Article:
Dec 112014
 

November 29, 2014 – Carrollton, Texas

I recently paid Josey Ranch Lake an abbreviated visit just to get a quick idea of how the winter waterfowl situation was shaping up. I can report happily that there were a lot of ducks on the water on this warm and sunny Saturday afternoon!

All the expected species were present, and there was at least one pleasant surprise. Lesser Scaups were easily the most numerous duck at the pond. Also on site were American Wigeons, Gadwalls, Buffleheads, Ruddy Ducks, Northern Shovelers, and a lone Ring-billed Duck.

Most of the pictures below were taken at a distance and are meant for documentary purposes only. I will be back later in the season when I can spend a little more time working on closeup shots.

When I return, I will be focusing my effort on my nemesis bird, the Bufflehead. These attractive and engaging little ducks seem to have some kind of six sense when it comes to knowing where I will be when I try to photograph them. They always manage to stay just a little too far away for me to capture good detailed pictures. If I move to one side of the lake, they move to the other—it doesn’t even seem to matter whether there are people on that side or not. Its uncanny, but I won’t give up. This will be the year I get a quality Bufflehead picture!

Ruddy Duck - Male

Ruddy Duck – Male

Lesser Scaup - Female

Lesser Scaup – Female

Lesser Scaup - Male Front, Female Back

Lesser Scaup – Male Front, Female Back

Northern Shoveler - Male

Northern Shoveler – Male

Northern Shoveler - Female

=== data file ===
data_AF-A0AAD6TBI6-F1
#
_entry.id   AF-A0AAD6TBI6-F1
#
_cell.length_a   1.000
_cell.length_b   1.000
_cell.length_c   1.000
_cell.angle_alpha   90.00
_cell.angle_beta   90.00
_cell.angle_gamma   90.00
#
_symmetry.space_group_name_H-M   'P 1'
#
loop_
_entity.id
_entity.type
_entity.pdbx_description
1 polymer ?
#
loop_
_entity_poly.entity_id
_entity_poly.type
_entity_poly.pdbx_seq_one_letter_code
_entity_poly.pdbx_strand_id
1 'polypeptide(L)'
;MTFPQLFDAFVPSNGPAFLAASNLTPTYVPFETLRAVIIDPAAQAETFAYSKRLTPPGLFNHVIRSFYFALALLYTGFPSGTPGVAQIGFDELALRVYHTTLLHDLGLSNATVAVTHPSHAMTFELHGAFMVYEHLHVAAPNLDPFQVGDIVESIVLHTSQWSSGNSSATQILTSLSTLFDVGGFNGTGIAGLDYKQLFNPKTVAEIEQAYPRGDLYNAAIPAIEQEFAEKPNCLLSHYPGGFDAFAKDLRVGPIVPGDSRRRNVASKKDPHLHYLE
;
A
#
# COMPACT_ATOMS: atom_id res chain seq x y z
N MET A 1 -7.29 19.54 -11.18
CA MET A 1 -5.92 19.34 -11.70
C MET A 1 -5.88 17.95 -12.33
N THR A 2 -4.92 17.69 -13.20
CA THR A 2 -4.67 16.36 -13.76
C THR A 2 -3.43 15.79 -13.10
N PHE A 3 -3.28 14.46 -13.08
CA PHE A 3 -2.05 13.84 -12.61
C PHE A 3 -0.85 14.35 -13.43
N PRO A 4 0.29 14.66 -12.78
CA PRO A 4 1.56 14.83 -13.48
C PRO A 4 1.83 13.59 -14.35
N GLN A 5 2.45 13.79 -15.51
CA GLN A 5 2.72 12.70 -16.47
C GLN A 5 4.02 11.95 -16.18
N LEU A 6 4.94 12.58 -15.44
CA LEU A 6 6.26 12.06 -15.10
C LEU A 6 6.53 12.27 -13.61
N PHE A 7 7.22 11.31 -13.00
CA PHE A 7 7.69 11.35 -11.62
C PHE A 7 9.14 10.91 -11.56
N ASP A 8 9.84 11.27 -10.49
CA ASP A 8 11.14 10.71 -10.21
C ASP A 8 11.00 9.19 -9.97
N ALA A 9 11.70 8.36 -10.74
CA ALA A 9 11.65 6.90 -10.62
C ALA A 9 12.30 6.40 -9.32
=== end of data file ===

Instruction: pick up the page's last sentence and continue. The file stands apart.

Northern Shoveler – Female

American Wigeon - Male

American Wigeon – Male

Bufflehead - Male Above, Female Below

Bufflehead – Male Above, Female Below

Ring-neck Duck - Male, Top Right

Ring-neck Duck – Male, Top Right

In addition to the ducks, there was plenty of other urban wildlife action at the park on this afternoon. Egrets, coots, and cormorants were present. Turtles could be seen going about their business in and around the pond, in spite of a recent cold spell. A Nutria or two climbed out of the water in hopes we might have some bread form them.

Perhaps the oddest thing I came across was the carcass of a headless Eastern Cottontail laying on the concrete dam just out of the water. I assume this little rabbit was the victim of some kind of predation, but it is hard to imagine why so much of the cottontail was left behind uneaten.

American Coot

American Coot

Pied-billed Grebe

Pied-billed Grebe

Blue Jay

Blue Jay

Eastern Cottontail Carcass

Eastern Cottontail Carcass

Eastern Cottontail

Eastern Cottontail

Red-eared Slider

Red-eared Slider

Great Egret

Great Egret

Great-tailed Grackle - Female

Great-tailed Grackle – Female

Great-tailed Grackle - Female

Great-tailed Grackle – Female

Ring-billed Gull - Juvenile

Ring-billed Gull – Juvenile

Finally, I made a point to check on the Mute Swan family that calls this lake home. The lone juvenile is now seven months old. He is very nearly entirely white now, and his bill is beginning to show hints of orange. This is the same Mute Swan family that I documented on a weekly basis this past summer. You can read their story beginning here: Mute Swan – Nest 2014

Mute Swans with Winter Ducks

Mute Swans with Winter Ducks

Mute Swans.  Left to right: female, male, and their seven month old juvenile.

Mute Swans. Left to right: female, male, and their seven month old juvenile.

  3 Responses to “Josey Ranch Lake – Winter Duck Preview”

  1. Great shots, Chris!

  2. Yes, great pictures! Even the kind of overlooked – or despised – birds like grackles are exquisite when one look closely at them, specially when in the sun. Is the coot missing a toe?

    • Thank you, Annika. The coot does look like he is missing a toe… I hadn’t noticed that before. There are a lot of Snapping Turtles in this pond!

      -CJ

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